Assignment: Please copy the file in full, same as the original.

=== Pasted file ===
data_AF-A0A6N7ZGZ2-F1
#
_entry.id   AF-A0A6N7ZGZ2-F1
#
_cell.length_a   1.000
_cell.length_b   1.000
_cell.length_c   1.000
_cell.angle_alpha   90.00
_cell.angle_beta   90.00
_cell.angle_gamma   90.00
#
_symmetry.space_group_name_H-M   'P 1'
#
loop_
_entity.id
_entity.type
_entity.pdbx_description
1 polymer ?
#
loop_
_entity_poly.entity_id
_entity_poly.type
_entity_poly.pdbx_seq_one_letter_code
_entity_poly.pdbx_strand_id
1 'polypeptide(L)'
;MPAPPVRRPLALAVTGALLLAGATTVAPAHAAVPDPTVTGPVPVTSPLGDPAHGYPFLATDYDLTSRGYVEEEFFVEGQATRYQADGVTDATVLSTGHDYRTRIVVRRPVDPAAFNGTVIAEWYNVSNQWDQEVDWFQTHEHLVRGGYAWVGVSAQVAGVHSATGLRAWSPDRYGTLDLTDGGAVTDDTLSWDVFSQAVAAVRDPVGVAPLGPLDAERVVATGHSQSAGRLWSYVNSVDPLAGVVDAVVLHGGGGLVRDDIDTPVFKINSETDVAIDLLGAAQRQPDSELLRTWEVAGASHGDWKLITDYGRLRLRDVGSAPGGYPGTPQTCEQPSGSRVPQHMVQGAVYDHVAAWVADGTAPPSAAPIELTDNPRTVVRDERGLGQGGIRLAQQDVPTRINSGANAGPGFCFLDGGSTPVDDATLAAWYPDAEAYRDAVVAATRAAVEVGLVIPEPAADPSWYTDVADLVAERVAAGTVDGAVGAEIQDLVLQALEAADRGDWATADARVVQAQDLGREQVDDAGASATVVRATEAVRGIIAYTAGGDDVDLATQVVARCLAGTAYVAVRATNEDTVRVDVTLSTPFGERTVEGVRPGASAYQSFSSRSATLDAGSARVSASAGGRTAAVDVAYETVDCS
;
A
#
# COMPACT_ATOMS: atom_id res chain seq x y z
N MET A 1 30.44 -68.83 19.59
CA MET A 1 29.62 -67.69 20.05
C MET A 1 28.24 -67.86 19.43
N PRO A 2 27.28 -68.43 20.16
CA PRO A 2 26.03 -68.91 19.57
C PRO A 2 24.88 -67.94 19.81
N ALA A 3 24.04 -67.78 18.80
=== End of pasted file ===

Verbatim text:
data_AF-A0A6N7ZGZ2-F1
#
_entry.id   AF-A0A6N7ZGZ2-F1
#
_cell.length_a   1.000
_cell.length_b   1.000
_cell.length_c   1.000
_cell.angle_alpha   90.00
_cell.angle_beta   90.00
_cell.angle_gamma   90.00
#
_symmetry.space_group_name_H-M   'P 1'
#
loop_
_entity.id
_entity.type
_entity.pdbx_description
1 polymer ?
#
loop_
_entity_poly.entity_id
_entity_poly.type
_entity_poly.pdbx_seq_one_letter_code
_entity_poly.pdbx_strand_id
1 'polypeptide(L)'
;MPAPPVRRPLALAVTGALLLAGATTVAPAHAAVPDPTVTGPVPVTSPLGDPAHGYPFLATDYDLTSRGYVEEEFFVEGQATRYQADGVTDATVLSTGHDYRTRIVVRRPVDPAAFNGTVIAEWYNVSNQWDQEVDWFQTHEHLVRGGYAWVGVSAQVAGVHSATGLRAWSPDRYGTLDLTDGGAVTDDTLSWDVFSQAVAAVRDPVGVAPLGPLDAERVVATGHSQSAGRLWSYVNSVDPLAGVVDAVVLHGGGGLVRDDIDTPVFKINSETDVAIDLLGAAQRQPDSELLRTWEVAGASHGDWKLITDYGRLRLRDVGSAPGGYPGTPQTCEQPSGSRVPQHMVQGAVYDHVAAWVADGTAPPSAAPIELTDNPRTVVRDERGLGQGGIRLAQQDVPTRINSGANAGPGFCFLDGGSTPVDDATLAAWYPDAEAYRDAVVAATRAAVEVGLVIPEPAADPSWYTDVADLVAERVAAGTVDGAVGAEIQDLVLQALEAADRGDWATADARVVQAQDLGREQVDDAGASATVVRATEAVRGIIAYTAGGDDVDLATQVVARCLAGTAYVAVRATNEDTVRVDVTLSTPFGERTVEGVRPGASAYQSFSSRSATLDAGSARVSASAGGRTAAVDVAYETVDCS
;
A
#
# COMPACT_ATOMS: atom_id res chain seq x y z
N MET A 1 30.44 -68.83 19.59
CA MET A 1 29.62 -67.69 20.05
C MET A 1 28.24 -67.86 19.43
N PRO A 2 27.28 -68.43 20.16
CA PRO A 2 26.03 -68.91 19.57
C PRO A 2 24.88 -67.94 19.81
N ALA A 3 24.04 -67.78 18.80